Men are obligated to get drunk [on wine] on Purim to the point they cannot differ between “blessed is Mordechai and cursed is Haman”. [This is included within the Mitzvah of Seudas Purim.] Others however rule there is no need to drink alcohol to this point, and it rather suffices to drink slightly more than the norm and then sleep. Whichever opinion one decides to follow, whether he drinks more or drinks less, his intentions are to be for the sake of heaven. One who estimates that his getting drunk will lead him to frivol behavior, or to transgress Mitzvos, he is not drink to this point. [Practically the Rebbe stated that those that are able to be cautious and fulfill the Mitzvah in its literal sense are to do so, and not rely on the allowance of sleep.]
The meaning behind not knowing the difference between Haman and Mordechai:
Many explanations have been given on this matter:
- Some explain one is to drink to the point that one cannot differ which kindness from G-d is greater; the fact that he blessed Mordechai or the fact he killed Haman.
- Some explain it means one is to drink to the point that he cannot calculate the numerical value of the two statements. As Baruch Mordechai and Arur Haman are the same numerical value of 502, and thus when one can no longer calculate this matter he has fulfilled his obligation of drinking.
- Some explain this means that one is to drink to the point that he forgets the order of “Baruch Mordechai and Arur Haman”. Meaning he forgets which statement precedes the other.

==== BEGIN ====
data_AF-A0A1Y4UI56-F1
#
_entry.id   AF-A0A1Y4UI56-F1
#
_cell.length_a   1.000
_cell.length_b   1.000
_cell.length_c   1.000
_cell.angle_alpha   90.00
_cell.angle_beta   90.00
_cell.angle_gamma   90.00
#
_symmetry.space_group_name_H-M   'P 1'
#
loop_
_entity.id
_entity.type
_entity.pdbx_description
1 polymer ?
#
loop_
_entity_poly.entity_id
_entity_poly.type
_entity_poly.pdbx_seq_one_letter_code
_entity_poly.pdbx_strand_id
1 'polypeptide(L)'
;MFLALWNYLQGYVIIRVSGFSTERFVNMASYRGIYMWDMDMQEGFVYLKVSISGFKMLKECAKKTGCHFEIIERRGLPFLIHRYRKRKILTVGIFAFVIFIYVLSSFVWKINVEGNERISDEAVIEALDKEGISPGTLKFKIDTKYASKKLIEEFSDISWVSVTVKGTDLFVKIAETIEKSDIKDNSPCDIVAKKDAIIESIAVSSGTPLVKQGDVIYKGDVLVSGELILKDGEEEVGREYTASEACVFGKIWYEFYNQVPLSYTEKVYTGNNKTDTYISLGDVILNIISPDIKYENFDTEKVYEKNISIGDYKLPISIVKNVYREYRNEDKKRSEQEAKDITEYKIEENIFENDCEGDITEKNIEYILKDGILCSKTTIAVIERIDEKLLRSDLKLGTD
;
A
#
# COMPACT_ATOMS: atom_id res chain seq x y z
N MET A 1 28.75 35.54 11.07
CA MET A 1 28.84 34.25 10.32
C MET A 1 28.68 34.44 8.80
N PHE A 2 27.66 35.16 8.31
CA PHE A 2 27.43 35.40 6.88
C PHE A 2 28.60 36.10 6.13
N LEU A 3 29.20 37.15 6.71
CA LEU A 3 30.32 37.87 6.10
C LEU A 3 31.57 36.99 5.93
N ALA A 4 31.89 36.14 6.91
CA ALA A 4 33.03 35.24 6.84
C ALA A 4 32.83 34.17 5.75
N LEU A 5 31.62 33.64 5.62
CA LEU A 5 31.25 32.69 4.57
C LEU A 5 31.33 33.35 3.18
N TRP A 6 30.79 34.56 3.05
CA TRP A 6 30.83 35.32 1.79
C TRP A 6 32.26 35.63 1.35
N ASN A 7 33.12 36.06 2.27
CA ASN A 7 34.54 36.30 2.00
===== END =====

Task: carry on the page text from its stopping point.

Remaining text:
- Some explain that in the times of the Sages of the Gemara there was a custom to have a chorus with the words Baruch Mordechai and Arur Haman, each person having their part in the chorus. Thus, one was required to drink to the point that he forgot his part in the chorus.
- Based on Kabala one is to drink to the point that he actually says Baruch Haman instead of Arur Haman.
- Some have a tradition that one is meant to get drunk close to the point of not knowing the difference between “Arur Haman” and “Baruch Mordechai”, but not actually until this point.
Summary of the Purim Seuda:
- It is a Mitzvah to eat a lavish and festive meal on Purim. This Mitzvah is a Biblical command, as rejoicing on Purim is from the words of Scripture which has the same power as the words of Torah. One fulfills his obligation through eating even a single meal on Purim day.
- When? It is an obligation to eat one festive meal on Purim during daytime. One does not fulfill his obligation with a meal eaten the previous night, and certainly not with a meal eaten on Motzei Purim. Customarily, it is eaten after an early Mincha. One is to beware to eat the majority of the meal while it is still day.
- Learning prior to meal: Prior to commencing the meal, one should learn words of Torah, as this protects him from any damage occurring to him during the meal. [It is proper to learn Mishnayos from Tractate Shekalim before the meal, and Tractate Megila after the meal.]
- The menu: It is a Mitzvah to have delicacies and festive foods eaten during this meal. It is best to wash on bread for this meal. It is a proper custom to bake bread on Erev Purim so one have fresh bread available, just like is the custom on Erev Shabbos. It is disputed whether it is an obligation for one to eat [animal] meat during the Purim meal however according to all it is a Mitzvah to do so. One is to eat grains and legumes, in commemoration of the Zaronim which Daniel ate in Bavel. It is customary to eat a triangular shaped pastry filling called Haman-Tashen. One is to gather his family and friends for the Purim Seuda as it is not possible to rejoice alone.